I wasn’t aware that bodybuilders went in for “herbal supplements”. I thought they preferred to die young of abuse of diuretics, painkillers, and steroids. Oh, and kidney failure from long-term overconsumption of protein.

    I guess it’s really true: you learn something new every day.

  10. otrame says

    So are we going to go back to selling tape worm segments inside a capsule for a weight loss? I suppose the turn-of-the-century journalists and doctors who tried to put an end to snake oil salesmen were all a bunch od socialists and the invisible hand of the market place will protect us from the greedy fuckers.

    Right?

    We need to enforce science-based food additive rules. Will some industries go out of business? Yep. Will people lose jobs? You bet. Couldn’t happen to a better bunch of bastards.
    ________
    By the way, I have found that the best way of dealing with snails, which do a lot of damage in my garden, is a method that is 100% organic. I throw them over the fence to the road that runs next to my back yard. The fall usually cracks their shells and the birds, especially the mockingbirds, absolutely love them. I’ve tossed as many as a hundred in a single evening, though that number diminishes quickly after the first flush of what I call “snail season”. I have never needed to use any other kind of critter killer in my garden, though I do have problems with fungus infections. I find I average a ripening tomato lost to birds and/or squirrels in every ten I harvest, but I consider that my tithe to the non-human members of our community.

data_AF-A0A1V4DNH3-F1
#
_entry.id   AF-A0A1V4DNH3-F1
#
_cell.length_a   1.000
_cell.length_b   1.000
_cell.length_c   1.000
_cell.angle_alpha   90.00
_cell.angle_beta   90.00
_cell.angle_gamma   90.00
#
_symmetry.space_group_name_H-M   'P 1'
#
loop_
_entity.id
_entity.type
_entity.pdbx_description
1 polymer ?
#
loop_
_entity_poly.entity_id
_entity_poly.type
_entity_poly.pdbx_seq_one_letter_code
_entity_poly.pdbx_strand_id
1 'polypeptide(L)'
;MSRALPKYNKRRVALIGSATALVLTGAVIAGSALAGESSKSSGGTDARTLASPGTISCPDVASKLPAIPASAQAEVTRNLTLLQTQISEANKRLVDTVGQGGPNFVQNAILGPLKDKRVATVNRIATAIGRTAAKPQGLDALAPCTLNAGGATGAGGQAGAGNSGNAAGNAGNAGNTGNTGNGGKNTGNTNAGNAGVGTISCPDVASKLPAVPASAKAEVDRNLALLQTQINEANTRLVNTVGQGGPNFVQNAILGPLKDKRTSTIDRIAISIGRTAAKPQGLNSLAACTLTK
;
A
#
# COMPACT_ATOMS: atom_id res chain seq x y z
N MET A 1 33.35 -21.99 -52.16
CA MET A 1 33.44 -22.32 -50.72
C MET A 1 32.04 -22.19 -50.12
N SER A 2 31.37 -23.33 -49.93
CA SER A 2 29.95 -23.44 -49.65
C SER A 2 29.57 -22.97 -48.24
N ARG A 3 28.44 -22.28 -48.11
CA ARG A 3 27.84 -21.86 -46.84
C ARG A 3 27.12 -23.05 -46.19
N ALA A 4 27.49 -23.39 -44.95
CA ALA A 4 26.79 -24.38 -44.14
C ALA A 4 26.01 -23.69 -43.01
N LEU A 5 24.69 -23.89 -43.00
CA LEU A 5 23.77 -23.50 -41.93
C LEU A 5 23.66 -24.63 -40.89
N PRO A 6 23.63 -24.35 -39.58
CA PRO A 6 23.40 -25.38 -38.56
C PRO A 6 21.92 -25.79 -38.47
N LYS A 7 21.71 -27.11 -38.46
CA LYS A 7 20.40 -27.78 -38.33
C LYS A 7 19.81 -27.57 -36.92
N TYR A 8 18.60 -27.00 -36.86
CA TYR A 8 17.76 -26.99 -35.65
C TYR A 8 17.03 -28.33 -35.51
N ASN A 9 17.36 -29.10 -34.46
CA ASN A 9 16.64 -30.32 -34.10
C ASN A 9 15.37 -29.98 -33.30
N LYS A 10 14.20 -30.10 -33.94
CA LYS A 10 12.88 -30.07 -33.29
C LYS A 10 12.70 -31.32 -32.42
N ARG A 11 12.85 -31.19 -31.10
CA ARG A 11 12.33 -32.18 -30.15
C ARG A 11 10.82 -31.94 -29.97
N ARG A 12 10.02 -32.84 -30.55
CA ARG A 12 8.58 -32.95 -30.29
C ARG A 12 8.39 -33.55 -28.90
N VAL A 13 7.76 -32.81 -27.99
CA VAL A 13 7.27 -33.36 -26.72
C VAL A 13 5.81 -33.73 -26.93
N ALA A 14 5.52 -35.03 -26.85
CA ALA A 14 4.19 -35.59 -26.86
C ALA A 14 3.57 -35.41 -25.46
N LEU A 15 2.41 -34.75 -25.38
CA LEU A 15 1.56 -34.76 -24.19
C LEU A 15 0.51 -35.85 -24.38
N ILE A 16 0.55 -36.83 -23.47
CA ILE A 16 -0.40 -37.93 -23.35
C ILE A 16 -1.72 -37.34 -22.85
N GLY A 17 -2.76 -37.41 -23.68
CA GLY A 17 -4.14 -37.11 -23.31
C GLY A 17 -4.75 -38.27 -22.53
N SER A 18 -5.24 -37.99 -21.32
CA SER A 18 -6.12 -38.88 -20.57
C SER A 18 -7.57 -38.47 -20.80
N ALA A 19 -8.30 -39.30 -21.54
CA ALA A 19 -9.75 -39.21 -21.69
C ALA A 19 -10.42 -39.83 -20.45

11. anuran says

    Dang, I thought I was being edgy and dangerous using Hawthorne, Burdock and Chickweed instead of Lasix when I was without insurance.

  12. anuran says

    Argh. Hit “Submit” without thinking.

    USDA-certified organic Hawthorne, Burdock and Chickweed. Dosage is always a problem with herbs, but at least I can be sure I wasn’t getting any herbicides or pesticides.

  13. fourtytwo says

    I worked for around 10 years in pharmaceutical research. The drug industry is far from perfect, but the hoops you have to jump through to get a new medicine approved at least insure that the stuff you take has evidence to say it actually works and that the benefits outweigh the side-effects. Therefore, herbal medicines, dietary supplements, homeopathic remedies, nutraceuticals and the like make me really frustrated that they don’t have the same burden of proof. I can’t believe we are still making, selling and buying snake oil in the 21st century.

  14. Lofty says

    I can’t believe we are still making, selling and buying snake oil in the 21st century.